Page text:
Bellaire police pay addressed
BELLAIRE – The pay raise issue for the Bellaire Police Department is no closer to being resolved.
However, Bellaire Village Council did manage to clear up a second issue that the department and its members had with village government Thursday when an ordinance was passed amending the holiday pay ordinance.
The passage fixes issues first brought up by Officer Jim Watson during the Nov. 3 meeting.
Watson was concerned because the structure surrounding the manner in which holiday pay was paid dealt primarily with the eight-hour shift, Monday through Friday employees.
Police department employees work 10-hour shifts, all hours of the day and also weekends.
The way the ordinance was structured, department members were not being compensated properly with their holiday pay.
Thursday’s passage of ordinance 2012-13 fixes these issues:
- Holiday pay is not designed to pay employees more than 40 hours a week by using sick days, personal or vacation days.
- Holiday pay is only for full-time employees, those working 8-hour shifts or 10-hour shifts from the police department.
- Holidays observed for the purposes of holiday pay are: New Year’s Day, Martin Luther King Jr. Day, Memorial Day, the Fourth of July, Labor Day, Veterans Day, Thanksgiving and Christmas. Said holiday pay hours will be observed from 12:01 a.m. until 11:59 p.m. on the day of the holiday.
- Holiday pay will be 2.5 times the rate of pay.
- Any Saturday holiday will be observed the preceding Friday. Sunday holidays will be observed on the following Monday. However, for police department members, those working the weekend on the actual holiday date will receive credit for the weekend holiday work.
- Sick, vacation and personal days cannot be used in conjunction with holiday pay. However, anyone previously scheduling said day on the date of a holiday payday will receive eight hours of straight time and not lose said personal, vacation or sick day from their allotment.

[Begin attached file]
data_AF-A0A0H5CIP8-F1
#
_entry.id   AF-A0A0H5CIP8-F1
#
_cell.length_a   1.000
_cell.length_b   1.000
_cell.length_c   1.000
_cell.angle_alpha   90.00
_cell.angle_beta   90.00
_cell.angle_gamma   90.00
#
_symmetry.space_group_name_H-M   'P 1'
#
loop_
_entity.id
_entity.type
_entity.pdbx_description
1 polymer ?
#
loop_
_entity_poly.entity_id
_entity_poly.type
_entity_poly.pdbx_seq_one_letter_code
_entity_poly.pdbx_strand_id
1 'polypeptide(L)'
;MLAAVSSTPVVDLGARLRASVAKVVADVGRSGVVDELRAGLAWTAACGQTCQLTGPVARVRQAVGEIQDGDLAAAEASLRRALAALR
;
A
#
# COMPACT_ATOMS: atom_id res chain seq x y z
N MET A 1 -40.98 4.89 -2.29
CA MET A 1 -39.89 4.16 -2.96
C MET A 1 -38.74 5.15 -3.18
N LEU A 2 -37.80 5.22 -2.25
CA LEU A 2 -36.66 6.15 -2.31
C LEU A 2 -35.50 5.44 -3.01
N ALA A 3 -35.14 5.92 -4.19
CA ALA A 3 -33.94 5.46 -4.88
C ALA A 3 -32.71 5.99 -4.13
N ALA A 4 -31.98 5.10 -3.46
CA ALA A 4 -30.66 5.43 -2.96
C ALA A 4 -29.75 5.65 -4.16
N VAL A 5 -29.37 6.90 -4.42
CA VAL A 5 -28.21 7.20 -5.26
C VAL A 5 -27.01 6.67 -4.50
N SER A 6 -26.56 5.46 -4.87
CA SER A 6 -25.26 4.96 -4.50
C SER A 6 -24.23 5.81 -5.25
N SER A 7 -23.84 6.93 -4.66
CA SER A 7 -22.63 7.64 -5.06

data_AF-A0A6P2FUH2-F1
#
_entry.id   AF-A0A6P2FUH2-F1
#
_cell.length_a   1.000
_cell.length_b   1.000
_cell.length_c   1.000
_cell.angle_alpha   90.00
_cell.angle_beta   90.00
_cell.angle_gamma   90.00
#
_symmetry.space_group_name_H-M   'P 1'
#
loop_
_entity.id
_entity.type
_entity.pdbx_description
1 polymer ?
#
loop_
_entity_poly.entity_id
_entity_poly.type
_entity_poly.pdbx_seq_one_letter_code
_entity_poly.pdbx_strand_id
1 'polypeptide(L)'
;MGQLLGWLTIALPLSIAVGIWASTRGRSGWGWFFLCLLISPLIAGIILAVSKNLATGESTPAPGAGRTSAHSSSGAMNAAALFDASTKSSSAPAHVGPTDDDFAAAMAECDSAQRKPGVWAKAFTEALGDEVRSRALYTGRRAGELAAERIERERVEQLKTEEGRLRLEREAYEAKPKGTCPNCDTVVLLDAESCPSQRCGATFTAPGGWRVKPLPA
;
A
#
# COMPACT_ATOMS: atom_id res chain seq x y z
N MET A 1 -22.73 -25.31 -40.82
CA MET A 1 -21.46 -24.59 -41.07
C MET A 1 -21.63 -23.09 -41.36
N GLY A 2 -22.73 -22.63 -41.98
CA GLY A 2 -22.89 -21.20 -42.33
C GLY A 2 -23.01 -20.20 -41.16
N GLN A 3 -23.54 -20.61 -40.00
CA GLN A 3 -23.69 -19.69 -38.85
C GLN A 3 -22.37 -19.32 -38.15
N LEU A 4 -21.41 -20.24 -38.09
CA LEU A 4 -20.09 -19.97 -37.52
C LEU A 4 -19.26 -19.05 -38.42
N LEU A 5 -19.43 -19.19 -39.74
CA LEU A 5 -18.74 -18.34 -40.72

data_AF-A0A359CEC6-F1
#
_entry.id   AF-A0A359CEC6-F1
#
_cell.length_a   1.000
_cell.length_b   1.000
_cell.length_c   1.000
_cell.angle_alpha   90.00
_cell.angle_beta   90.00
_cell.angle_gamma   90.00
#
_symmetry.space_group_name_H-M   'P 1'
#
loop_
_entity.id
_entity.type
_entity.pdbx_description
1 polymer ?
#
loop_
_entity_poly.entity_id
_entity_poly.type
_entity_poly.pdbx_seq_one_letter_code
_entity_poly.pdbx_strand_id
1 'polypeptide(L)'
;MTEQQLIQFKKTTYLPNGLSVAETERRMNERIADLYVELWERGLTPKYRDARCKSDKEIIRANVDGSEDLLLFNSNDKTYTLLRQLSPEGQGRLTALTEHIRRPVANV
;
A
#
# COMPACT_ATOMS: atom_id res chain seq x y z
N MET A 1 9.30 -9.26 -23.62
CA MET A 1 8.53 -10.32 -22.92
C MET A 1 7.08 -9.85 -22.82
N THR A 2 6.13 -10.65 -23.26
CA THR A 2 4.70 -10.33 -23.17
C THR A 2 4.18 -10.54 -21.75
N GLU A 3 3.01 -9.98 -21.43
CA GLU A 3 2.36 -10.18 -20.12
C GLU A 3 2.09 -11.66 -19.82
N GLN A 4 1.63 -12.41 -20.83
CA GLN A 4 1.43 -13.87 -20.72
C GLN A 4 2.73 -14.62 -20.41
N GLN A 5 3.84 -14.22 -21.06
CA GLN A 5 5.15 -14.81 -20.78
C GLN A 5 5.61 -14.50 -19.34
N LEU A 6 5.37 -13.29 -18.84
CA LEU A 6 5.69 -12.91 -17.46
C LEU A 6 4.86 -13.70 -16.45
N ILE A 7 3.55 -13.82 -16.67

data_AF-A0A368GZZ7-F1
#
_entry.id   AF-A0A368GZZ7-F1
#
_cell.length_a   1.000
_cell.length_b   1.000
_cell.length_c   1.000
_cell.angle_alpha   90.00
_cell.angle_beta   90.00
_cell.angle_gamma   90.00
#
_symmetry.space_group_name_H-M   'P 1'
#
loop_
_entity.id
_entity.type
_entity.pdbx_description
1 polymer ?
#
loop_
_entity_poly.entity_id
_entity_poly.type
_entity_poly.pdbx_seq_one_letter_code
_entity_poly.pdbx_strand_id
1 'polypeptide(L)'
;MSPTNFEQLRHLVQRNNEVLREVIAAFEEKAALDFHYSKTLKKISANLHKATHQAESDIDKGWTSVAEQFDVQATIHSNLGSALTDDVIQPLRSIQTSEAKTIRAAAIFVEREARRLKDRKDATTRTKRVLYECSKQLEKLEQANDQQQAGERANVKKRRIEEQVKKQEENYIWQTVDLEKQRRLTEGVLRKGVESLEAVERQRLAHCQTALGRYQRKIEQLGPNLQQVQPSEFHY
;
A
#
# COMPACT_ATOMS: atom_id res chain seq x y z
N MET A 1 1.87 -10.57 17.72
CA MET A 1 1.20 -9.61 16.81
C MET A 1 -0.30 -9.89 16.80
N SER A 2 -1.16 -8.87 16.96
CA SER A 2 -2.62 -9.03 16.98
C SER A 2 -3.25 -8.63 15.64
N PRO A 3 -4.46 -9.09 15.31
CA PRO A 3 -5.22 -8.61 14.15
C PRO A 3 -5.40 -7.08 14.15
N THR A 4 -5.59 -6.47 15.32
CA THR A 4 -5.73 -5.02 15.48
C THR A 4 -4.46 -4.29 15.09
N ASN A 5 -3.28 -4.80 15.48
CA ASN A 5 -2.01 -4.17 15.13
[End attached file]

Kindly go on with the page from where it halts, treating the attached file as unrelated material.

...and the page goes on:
In other action, Councilman Jerry Fisher again brought up the issue of trailers being parked and used throughout the village.
The issue has been discussed before, including going over the village’s current ordinances pertaining to the matter. However, no official action was taken moving forward.
“It’s starting to look like a trailer camp in this village,” Fisher said. “More and more keep popping up.”
Violations of the ordinance are punishable by a fine no less than $25 and no more than $50 per day. An idea was thrown out about possibly raising the ordinance’s fine amount.
Fisher felt that no matter the fine, if the owners of said trailers are brought into mayor’s court and are starting to be fined, the problem should start to take care of itself.
Solicitor Ed Sustersic said that in talks with Police Chief Mike Kovalyk that the chief already has a plan in place for dealing with the issue. Kovalyk, who earlier in the evening assisted with the bomb scare at the Bridgeport Post Office, was unable to attend to elaborate further.
- Mayor Vince DiFabrizio expressed his gratitude and appreciation of service to Sustersic.
“I know you are retiring and leaving us and on behalf of myself and council, I want to thank you for all you’ve done for us,” DiFabrizio said.
Sustersic stated it had been his pleasure to serve council and that he will miss everyone.
- Resolution 991 was passed, transferring outlot No. 765 to Michael W. and Mary Doyle. The property in question houses dilapidated structures listed as 3789 and 3795 Tallman Ave.
The Doyles will obtain the deed to the property as they have agreed to foot the bill for the tear down and clean up costs in exchange for the property. The previous owner, acting as the judiciary of a family member’s estate, was unable to afford the costs of razing. Thus, a probate order transferred the property to the village.
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